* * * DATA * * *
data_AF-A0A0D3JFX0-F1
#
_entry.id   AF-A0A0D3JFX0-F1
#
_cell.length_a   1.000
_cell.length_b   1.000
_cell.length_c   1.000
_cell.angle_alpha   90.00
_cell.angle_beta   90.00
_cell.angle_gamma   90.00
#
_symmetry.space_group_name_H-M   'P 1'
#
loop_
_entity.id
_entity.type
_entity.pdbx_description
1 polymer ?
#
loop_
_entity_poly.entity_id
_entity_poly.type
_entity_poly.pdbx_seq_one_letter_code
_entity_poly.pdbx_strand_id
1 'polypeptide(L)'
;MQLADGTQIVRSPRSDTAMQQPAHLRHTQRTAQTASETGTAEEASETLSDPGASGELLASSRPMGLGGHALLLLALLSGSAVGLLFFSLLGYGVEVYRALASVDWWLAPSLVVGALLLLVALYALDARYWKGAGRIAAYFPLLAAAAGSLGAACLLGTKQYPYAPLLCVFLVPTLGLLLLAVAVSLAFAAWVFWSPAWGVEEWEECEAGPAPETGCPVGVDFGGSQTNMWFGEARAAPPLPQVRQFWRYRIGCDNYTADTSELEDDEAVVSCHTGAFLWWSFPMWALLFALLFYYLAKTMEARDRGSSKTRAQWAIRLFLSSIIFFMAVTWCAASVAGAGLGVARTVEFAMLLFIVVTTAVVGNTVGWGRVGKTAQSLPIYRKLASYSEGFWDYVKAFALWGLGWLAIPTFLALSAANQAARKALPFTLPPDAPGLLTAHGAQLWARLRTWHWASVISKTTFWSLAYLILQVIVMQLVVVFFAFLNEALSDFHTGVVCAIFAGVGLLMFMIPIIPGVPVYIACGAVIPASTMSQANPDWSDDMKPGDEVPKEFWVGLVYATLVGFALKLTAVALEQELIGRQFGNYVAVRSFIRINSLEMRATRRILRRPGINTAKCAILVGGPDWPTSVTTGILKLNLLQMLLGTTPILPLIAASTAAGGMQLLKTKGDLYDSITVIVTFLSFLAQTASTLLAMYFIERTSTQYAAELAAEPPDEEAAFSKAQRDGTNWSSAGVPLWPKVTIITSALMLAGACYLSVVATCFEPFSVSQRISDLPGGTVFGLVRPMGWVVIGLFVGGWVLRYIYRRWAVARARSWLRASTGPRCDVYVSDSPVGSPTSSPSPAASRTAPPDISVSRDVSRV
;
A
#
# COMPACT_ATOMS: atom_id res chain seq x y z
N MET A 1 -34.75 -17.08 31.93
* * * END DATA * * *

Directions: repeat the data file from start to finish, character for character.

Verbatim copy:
data_AF-A0A0D3JFX0-F1
#
_entry.id   AF-A0A0D3JFX0-F1
#
_cell.length_a   1.000
_cell.length_b   1.000
_cell.length_c   1.000
_cell.angle_alpha   90.00
_cell.angle_beta   90.00
_cell.angle_gamma   90.00
#
_symmetry.space_group_name_H-M   'P 1'
#
loop_
_entity.id
_entity.type
_entity.pdbx_description
1 polymer ?
#
loop_
_entity_poly.entity_id
_entity_poly.type
_entity_poly.pdbx_seq_one_letter_code
_entity_poly.pdbx_strand_id
1 'polypeptide(L)'
;MQLADGTQIVRSPRSDTAMQQPAHLRHTQRTAQTASETGTAEEASETLSDPGASGELLASSRPMGLGGHALLLLALLSGSAVGLLFFSLLGYGVEVYRALASVDWWLAPSLVVGALLLLVALYALDARYWKGAGRIAAYFPLLAAAAGSLGAACLLGTKQYPYAPLLCVFLVPTLGLLLLAVAVSLAFAAWVFWSPAWGVEEWEECEAGPAPETGCPVGVDFGGSQTNMWFGEARAAPPLPQVRQFWRYRIGCDNYTADTSELEDDEAVVSCHTGAFLWWSFPMWALLFALLFYYLAKTMEARDRGSSKTRAQWAIRLFLSSIIFFMAVTWCAASVAGAGLGVARTVEFAMLLFIVVTTAVVGNTVGWGRVGKTAQSLPIYRKLASYSEGFWDYVKAFALWGLGWLAIPTFLALSAANQAARKALPFTLPPDAPGLLTAHGAQLWARLRTWHWASVISKTTFWSLAYLILQVIVMQLVVVFFAFLNEALSDFHTGVVCAIFAGVGLLMFMIPIIPGVPVYIACGAVIPASTMSQANPDWSDDMKPGDEVPKEFWVGLVYATLVGFALKLTAVALEQELIGRQFGNYVAVRSFIRINSLEMRATRRILRRPGINTAKCAILVGGPDWPTSVTTGILKLNLLQMLLGTTPILPLIAASTAAGGMQLLKTKGDLYDSITVIVTFLSFLAQTASTLLAMYFIERTSTQYAAELAAEPPDEEAAFSKAQRDGTNWSSAGVPLWPKVTIITSALMLAGACYLSVVATCFEPFSVSQRISDLPGGTVFGLVRPMGWVVIGLFVGGWVLRYIYRRWAVARARSWLRASTGPRCDVYVSDSPVGSPTSSPSPAASRTAPPDISVSRDVSRV
;
A
#
# COMPACT_ATOMS: atom_id res chain seq x y z
N MET A 1 -34.75 -17.08 31.93